A private all-women’s college, her mother’s alma mater, loomed. She would probably end up majoring in education, just like her mom and her sisters. It was doubtful she would ever teach. “I’ll probably meet my future husband by my junior year, like my mom and my sisters. It’s all mapped out. I’ll become a perpetually disoriented alcoholic accessory piece, just like my mom and my sisters. I figure I’ve got two or three years before the downward spiral begins. I guess I should have some fun while I can.”

Our faces moved close and her hand nicked mine. “What about you? You look like someone who writes his own life story.”

It was an interesting interrogative, followed by an equally interesting declaration, since she had not yet bothered to ask my name.

As I was about to embark upon a very fictitious verbal autobiography, replete with a detailed recounting of my recent conversion to the writings of Thoreau, we heard an argument approaching. Her parents had returned. “Junebug, we’re home!” her mom slurred thunderously. After a quick hug, the kind that lingers like a low-dose jolt of electricity, I slipped into the night, abandoning my pitiful canoe to its fate.


Part Four


“There is no God, and we are his prophets.”

— Cormac McCarthy, “The Road”


When I awoke at dawn in my rundown trailer way out in the mosquito-infested fringes of this squishy-moist land, my sleeping bag was streaked red. I treated my cuts and abrasions as best I could with the last long-expired remnants of a backpacking first-aid kit that had not been replenished since I moved back East almost a year prior.

Later, there was a knock on my front door. It was my landlord who held in his hand an officious-looking document peppered with the words “whereas” and “wherefore,” which stated in no uncertain terms that my roommates and I were being evicted for a series of extra-legal transgressions we could not in good conscience deny.

On my way to work Monday morning, my battered van with dangling fenders spat a noisy billow of black smoke and died right there on the side of the highway. I had to hitchhike the rest of the way. By the time I arrived, two hours tardy, it was already stifling hot. My canoe was nowhere to be seen. I looked in every nook and cranny, under docks and behind boats, angry I had not pulled it ashore. The canoe, its structural faults notwithstanding, was one of the few things that had kept me semi-sane during the previous few months, and I had not even thanked it or said good-bye or made arrangements for a proper new life as a decorative planter. Par for my performance course.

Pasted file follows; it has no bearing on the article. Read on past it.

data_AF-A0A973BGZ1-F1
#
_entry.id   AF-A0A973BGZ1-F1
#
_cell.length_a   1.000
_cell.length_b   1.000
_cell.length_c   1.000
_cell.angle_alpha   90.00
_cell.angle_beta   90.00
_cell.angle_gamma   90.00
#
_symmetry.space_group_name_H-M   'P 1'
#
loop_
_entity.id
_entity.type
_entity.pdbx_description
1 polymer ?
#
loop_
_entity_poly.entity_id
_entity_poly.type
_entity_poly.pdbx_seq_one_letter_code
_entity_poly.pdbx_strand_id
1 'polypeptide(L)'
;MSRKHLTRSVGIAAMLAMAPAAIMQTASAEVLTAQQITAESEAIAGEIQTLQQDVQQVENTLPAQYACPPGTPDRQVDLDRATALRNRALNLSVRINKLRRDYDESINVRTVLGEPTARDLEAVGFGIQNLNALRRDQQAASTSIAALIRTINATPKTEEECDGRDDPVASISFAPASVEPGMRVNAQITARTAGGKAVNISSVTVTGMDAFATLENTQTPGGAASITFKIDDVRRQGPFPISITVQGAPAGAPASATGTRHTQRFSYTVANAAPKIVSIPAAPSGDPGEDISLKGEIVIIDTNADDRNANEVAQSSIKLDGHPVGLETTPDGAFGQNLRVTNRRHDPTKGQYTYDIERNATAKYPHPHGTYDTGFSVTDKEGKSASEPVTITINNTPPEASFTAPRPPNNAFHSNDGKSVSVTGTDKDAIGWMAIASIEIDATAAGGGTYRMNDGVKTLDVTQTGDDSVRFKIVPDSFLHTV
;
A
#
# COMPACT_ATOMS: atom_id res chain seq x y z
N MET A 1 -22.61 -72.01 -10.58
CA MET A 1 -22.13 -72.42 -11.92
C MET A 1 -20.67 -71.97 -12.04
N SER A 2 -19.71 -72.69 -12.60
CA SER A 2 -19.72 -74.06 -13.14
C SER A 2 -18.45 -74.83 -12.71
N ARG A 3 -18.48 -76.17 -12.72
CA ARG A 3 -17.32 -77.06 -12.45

The Hereafter was also gone, and so, I realized, was whatever slim inclination I had to give another single second’s worth of thought to the admittedly inexplicable circumstances that might cause a pile of seagull shit to land upon a girl’s head on an especially stifling mid-July Friday late afternoon. The driving force behind my de-conversion, which had made me toss and turn throughout the weekend, was the realization that, my previous perspective to the contrary, of all the people I had recently met who deserved to get their head shit upon by a seagull, June was last on the list. She seemed like she already had enough shit in her life. There were many far-more-deserving targets. Thing is, we’ve all been shit on, one way or another, to one degree or another. In the end, it doesn’t really mean a goddamned thing. As June clearly showed, a little dip in the river is all it takes to wash even the biggest, funkiest pile of shit away. At least temporarily.

“You look like you lost whatever fight you were in,” one of my co-workers said, snickering, upon viewing my lamentable state, which included much in the way of oozing scabs and yellow/blue bruises that were long to fully heal.

“You’ve got no idea,” I responded in a neutral tone.

I limped up to the topmost reaches of the marina’s highest level and looked out upon the estuary that, in a perpetual zero-sum game, brought boats here and then away. I reopened the cans I had sealed three days prior when my services were required down below. I dipped my stiff brush into the viscous crimson vat and took up my station once again, haphazardly slopping paint on surfaces so decayed, they were structurally disinclined to accept a new coat of beauty.

All around, seagulls jabbered, frolicked and lighted upon unattended shiny boat railings, only to be shooed away by well-fed owners, none of whom apparently wanted to deal with expensive brass work sullied by avian caca.

Way out on the farthest reaches of the hazy skyline, headed toward the Chesapeake Bay, I thought I made out a lone object bobbing on the waves. Though I suspect there was hopeful projection at play, I like to think it was my canoe, which, despite its terminal wounds, had found the strength and the resolve to maintain its buoyancy.